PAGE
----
Asian political risks continue to creep up; Taking stock of the Philippines with 1 year left on Duterte’s term

Highlights from the CAA Weekly Table:

  • COVID and Asia: The renewed surge in infections will hurt economic activity but the impact will vary. Even as there are tentative signs that the worst is over in India, it will be a while before the pandemic is brought under control there: the near term prospects therefore remain dull. Similarly, Malaysia is struggling to cope with renewed infections. In Indonesia and the Philippines, economic activity shows signs of rebounding – but tepidly and off a very low base. Singapore’s new lockdown will, however, have limited downside effects as most economic activity will continue and external demand will help offset any domestic weakness.
  • China confronts short term and long term policy dilemmas: We disagree with the view that recent monetary data shows that monetary policy is tightening. Weak credit demand rather than a policy-induced deceleration in credit supply is at the root of the slower monetary growth. China’s recently released census will, we believe, force quicker policy changes in areas where China’s leaders had preferred to move slowly. The demographic headwinds have turned awkward more quickly than they had anticipated. Economic growth need not decelerate markedly so long as successful efforts are made to boost total factor productivity. But this will entail a slew of possibly unpopular changes such as raising the retirement age, faster reforms to ease the plight of migrant workers and widening the fiscal base.

Asian political risks continue to creep up:

Conditions are falling into place for potential political frictions in two areas – territorial disputes and country-specific risks, particularly in Thailand.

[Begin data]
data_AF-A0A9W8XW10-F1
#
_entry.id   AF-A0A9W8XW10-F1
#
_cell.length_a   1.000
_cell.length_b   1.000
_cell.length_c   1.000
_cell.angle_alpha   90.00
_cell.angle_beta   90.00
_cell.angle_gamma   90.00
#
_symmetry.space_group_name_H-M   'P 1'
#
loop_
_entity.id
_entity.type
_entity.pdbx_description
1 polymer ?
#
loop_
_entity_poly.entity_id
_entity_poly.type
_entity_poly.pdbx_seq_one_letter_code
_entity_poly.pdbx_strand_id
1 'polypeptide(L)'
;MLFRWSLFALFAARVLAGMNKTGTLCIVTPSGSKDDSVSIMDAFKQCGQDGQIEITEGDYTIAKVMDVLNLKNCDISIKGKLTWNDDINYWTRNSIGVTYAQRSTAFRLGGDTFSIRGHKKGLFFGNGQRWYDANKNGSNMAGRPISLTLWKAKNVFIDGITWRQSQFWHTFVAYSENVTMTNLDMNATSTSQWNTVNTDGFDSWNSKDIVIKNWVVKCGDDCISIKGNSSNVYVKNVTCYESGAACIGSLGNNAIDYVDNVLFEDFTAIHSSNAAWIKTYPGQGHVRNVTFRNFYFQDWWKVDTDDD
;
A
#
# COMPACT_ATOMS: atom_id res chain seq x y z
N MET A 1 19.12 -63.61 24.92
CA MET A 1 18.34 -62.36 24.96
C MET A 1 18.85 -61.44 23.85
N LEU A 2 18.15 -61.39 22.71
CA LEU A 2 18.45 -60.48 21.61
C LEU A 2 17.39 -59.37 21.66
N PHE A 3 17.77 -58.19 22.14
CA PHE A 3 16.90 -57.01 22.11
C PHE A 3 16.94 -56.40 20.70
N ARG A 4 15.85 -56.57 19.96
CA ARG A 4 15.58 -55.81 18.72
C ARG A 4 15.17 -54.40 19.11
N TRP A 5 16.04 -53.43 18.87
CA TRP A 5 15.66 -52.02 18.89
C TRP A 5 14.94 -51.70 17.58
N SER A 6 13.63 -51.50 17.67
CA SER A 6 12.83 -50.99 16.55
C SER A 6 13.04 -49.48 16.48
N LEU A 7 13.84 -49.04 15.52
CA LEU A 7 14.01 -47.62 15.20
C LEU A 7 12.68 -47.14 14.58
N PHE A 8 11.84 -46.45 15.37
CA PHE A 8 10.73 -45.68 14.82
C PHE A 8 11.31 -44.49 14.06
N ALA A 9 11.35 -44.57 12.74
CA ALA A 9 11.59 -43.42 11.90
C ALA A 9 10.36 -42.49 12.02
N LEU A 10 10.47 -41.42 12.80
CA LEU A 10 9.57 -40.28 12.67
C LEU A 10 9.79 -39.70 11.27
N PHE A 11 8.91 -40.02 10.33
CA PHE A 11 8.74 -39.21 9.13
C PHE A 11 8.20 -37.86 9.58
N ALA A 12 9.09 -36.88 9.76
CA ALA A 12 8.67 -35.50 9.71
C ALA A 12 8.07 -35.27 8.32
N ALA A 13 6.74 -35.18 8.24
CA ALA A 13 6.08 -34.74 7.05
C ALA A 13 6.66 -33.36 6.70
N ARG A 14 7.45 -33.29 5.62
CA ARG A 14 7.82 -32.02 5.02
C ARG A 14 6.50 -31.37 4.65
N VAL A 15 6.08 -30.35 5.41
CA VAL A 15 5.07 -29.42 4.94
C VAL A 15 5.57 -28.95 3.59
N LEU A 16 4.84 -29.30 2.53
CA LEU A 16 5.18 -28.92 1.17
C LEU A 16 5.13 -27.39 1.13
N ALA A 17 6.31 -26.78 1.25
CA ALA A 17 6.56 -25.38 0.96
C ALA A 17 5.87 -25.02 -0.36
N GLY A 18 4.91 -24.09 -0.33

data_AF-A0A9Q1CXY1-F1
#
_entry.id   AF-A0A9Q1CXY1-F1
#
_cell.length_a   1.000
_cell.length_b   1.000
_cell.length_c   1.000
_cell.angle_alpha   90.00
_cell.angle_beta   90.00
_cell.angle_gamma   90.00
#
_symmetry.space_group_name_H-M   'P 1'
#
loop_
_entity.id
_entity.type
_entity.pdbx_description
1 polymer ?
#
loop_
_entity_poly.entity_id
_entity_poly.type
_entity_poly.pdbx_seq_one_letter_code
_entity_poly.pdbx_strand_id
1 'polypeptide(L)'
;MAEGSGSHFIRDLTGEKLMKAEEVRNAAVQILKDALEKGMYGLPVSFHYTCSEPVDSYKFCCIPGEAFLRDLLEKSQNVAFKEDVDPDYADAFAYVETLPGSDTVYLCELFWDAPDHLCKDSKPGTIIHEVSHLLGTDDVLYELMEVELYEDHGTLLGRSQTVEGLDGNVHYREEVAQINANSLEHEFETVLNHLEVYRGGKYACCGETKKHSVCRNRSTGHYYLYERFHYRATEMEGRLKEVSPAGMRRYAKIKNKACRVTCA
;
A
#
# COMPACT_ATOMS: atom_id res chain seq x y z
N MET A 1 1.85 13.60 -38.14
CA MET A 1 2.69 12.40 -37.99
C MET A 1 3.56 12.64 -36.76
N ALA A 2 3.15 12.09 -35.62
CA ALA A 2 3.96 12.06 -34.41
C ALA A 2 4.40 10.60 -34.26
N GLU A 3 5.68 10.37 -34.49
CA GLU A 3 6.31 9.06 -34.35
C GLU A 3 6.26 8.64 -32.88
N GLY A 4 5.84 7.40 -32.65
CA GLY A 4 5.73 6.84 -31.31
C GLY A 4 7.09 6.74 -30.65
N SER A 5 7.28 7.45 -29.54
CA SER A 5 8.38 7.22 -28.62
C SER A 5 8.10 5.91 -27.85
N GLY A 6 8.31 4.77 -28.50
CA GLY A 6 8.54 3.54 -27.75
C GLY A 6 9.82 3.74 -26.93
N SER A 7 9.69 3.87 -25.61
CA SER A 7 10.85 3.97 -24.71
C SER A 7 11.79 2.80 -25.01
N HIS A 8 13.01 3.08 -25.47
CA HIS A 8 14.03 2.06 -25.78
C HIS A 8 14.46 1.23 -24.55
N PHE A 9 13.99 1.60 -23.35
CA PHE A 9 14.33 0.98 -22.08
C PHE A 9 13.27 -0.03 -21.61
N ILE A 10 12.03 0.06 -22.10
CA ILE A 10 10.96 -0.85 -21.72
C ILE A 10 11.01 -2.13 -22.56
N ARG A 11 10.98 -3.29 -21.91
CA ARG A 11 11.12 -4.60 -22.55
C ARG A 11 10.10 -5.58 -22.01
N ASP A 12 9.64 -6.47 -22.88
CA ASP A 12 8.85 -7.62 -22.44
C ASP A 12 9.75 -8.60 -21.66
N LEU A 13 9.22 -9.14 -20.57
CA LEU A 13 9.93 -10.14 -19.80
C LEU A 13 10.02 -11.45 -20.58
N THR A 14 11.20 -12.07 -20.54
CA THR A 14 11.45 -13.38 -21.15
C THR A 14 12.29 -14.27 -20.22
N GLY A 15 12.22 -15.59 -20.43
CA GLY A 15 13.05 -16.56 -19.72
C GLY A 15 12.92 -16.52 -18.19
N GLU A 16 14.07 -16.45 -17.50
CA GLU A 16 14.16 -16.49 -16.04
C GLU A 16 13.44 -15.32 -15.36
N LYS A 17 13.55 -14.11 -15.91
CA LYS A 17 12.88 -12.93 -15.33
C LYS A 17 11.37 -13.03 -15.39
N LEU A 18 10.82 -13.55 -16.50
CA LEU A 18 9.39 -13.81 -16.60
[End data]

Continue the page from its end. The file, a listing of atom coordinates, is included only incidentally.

• Territorial disputes: China has increased the number of its “fishing vessels” in Philippine-claimed waters, putting its relationship with the Philippines at risk, especially when President Duterte finishes his term next year. China’s reported occupation of a swathe of Bhutanese territory, if true, will be resisted by India which is Bhutan’s protector.
  • Thailand – rumours about the health of the King cannot be verified with certainty but there is reason to believe that he has not been well. Given the more prominent role the King has taken in the nation’s politics, a health crisis would affect political stability. This is particularly the case given the lack of clarity on royal succession.

Taking stock of the Philippines with 1 year left on Duterte’s term

  • Duterte has been a controversial president in many ways but his economics team has done a sterling job. The tax base has been decisively widened, which has allowed a sizeable increase in infrastructure spending, which will help the country overcome a major constraint on growth. Some other supply side reforms have been made including easing limits on foreign investment.
  • However, progress has stalled, exposing some of the continued weaknesses in the country’s political economy. Resistance in the Senate to needed reforms is one example.
  • Duterte’s political approach has, however, weakened national institutions and undermined democratic practices. This could compromise some of the gains that the country has made.

The CAA Weekly is currently available only for our subscribers. Please email for subscription enquiries.